Wheelchair rugby, the sport of smashing and grabbing and sprinting and crashing, is a definitive Paralympic event. It’s a sport of danger and cunning and of absolute granite determination. For the first time, Great Britain is the champions.
Led by Stuart Robinson, the former RAF gunner who lost both his legs to an IED in Afghanistan, and Jim Roberts, who turned to wheelchair rugby during the three years he spent in hospital recovering from bacterial meningitis, Great Britain beat the United States the most successful nation in the history of the sport by 54 tries to 49 and led from start to finish.
Robinson said, “It’s still sinking in. The way that we’ve been together as a squad for the past four or five years has been building towards this. We worked so hard during the pandemic at home and away at training camps. We came back and put everything into practice that we’ve been learning. We knew that we were building something special and we’ve come here and put it all on the show and come away as Paralympic champions. I think we knew that the spirit within ourselves was here. One of the things we’ve got on our canvas as a squad is ‘relentless’. We kind of showed that today in that we never gave up and went to the final buzzer.”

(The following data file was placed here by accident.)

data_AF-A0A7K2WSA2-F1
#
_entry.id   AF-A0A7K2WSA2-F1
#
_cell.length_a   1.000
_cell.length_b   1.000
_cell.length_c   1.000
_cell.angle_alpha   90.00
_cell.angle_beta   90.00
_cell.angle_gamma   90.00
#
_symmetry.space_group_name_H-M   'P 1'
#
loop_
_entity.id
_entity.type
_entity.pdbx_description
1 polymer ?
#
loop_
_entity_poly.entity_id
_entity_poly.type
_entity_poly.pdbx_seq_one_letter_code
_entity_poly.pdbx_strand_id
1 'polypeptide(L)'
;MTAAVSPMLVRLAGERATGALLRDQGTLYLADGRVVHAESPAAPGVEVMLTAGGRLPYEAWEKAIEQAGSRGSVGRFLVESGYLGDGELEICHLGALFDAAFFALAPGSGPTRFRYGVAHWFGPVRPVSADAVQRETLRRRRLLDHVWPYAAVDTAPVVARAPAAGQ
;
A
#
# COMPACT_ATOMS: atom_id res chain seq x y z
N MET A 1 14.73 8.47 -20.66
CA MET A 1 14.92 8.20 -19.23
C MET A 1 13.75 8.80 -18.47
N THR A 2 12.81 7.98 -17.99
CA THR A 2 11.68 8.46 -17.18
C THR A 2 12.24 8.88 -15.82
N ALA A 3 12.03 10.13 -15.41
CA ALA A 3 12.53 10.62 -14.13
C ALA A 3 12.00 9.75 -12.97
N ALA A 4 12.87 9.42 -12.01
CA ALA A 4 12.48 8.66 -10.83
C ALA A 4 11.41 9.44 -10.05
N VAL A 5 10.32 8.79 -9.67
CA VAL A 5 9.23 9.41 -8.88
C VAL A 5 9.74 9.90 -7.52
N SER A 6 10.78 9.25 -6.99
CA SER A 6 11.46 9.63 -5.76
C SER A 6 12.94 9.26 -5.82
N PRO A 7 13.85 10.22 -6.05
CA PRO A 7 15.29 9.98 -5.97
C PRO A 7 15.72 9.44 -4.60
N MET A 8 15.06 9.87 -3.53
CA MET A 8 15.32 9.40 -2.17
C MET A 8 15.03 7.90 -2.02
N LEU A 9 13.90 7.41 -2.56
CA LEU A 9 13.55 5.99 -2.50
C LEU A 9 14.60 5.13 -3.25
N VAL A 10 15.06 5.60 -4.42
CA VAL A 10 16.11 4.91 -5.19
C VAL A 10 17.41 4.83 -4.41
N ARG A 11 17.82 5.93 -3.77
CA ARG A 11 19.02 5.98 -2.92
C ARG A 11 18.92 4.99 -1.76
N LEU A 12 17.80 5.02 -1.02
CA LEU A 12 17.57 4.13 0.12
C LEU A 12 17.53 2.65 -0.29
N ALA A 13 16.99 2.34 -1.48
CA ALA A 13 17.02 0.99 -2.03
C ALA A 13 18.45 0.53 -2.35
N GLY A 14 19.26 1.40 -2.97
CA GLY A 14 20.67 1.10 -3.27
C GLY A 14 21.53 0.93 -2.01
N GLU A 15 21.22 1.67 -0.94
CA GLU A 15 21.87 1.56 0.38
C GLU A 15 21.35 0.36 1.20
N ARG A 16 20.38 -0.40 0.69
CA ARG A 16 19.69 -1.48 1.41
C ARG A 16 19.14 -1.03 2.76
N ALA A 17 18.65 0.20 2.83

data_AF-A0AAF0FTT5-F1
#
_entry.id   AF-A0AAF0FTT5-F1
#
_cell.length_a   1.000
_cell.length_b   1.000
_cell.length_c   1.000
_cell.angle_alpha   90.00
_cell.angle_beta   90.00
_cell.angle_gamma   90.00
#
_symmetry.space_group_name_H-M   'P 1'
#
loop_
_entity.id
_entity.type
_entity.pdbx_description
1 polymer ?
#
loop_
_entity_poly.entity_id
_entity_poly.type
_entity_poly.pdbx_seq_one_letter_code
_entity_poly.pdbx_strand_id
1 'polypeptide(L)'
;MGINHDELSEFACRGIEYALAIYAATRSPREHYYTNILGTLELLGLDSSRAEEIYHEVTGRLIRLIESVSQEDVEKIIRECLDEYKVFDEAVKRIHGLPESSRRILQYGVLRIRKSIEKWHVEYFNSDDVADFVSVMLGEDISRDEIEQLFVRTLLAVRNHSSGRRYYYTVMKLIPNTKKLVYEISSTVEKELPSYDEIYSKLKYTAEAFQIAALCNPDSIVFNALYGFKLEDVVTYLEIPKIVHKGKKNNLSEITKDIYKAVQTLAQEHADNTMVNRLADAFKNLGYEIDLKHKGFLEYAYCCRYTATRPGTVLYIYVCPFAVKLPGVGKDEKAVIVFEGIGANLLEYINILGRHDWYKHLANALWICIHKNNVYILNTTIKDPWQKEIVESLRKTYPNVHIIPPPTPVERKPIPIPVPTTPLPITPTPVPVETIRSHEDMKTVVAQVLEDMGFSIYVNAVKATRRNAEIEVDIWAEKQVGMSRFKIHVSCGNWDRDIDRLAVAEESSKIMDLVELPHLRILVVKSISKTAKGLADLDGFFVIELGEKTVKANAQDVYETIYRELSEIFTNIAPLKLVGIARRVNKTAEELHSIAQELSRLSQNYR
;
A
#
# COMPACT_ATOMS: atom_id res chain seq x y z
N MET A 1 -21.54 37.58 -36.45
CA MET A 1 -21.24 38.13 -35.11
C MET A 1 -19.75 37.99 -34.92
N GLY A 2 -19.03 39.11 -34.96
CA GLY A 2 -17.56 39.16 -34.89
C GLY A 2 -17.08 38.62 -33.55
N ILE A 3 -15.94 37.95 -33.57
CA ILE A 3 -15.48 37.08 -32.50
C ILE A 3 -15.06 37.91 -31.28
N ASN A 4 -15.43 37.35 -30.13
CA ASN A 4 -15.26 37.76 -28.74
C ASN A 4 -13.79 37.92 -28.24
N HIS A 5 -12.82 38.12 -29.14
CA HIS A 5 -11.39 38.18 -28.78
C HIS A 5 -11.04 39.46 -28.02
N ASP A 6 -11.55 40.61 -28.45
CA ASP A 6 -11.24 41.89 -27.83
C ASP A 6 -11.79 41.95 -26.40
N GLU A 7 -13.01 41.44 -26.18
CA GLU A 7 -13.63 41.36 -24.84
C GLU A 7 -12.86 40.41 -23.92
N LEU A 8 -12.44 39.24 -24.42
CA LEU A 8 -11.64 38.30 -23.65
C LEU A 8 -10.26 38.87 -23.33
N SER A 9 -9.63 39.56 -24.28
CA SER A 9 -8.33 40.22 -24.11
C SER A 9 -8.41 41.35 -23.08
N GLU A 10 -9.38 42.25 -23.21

Wheelchair rugby is a sport that levels out a lot of differences between competitors, with great differences in the level of disability between players in the same team. It is also open to mixed-gender selection with GB’s Kylie Grimes becoming the first woman to win a gold in the competition on Sunday.
It’s a sport that was deprived of all UK Sport funding just five years ago after the team recorded a fifth-place finish in Rio (no European nation had ever won gold in the sport before). An appeal to overturn the decision was rejected too although some emergency funding was granted late in the Games cycle.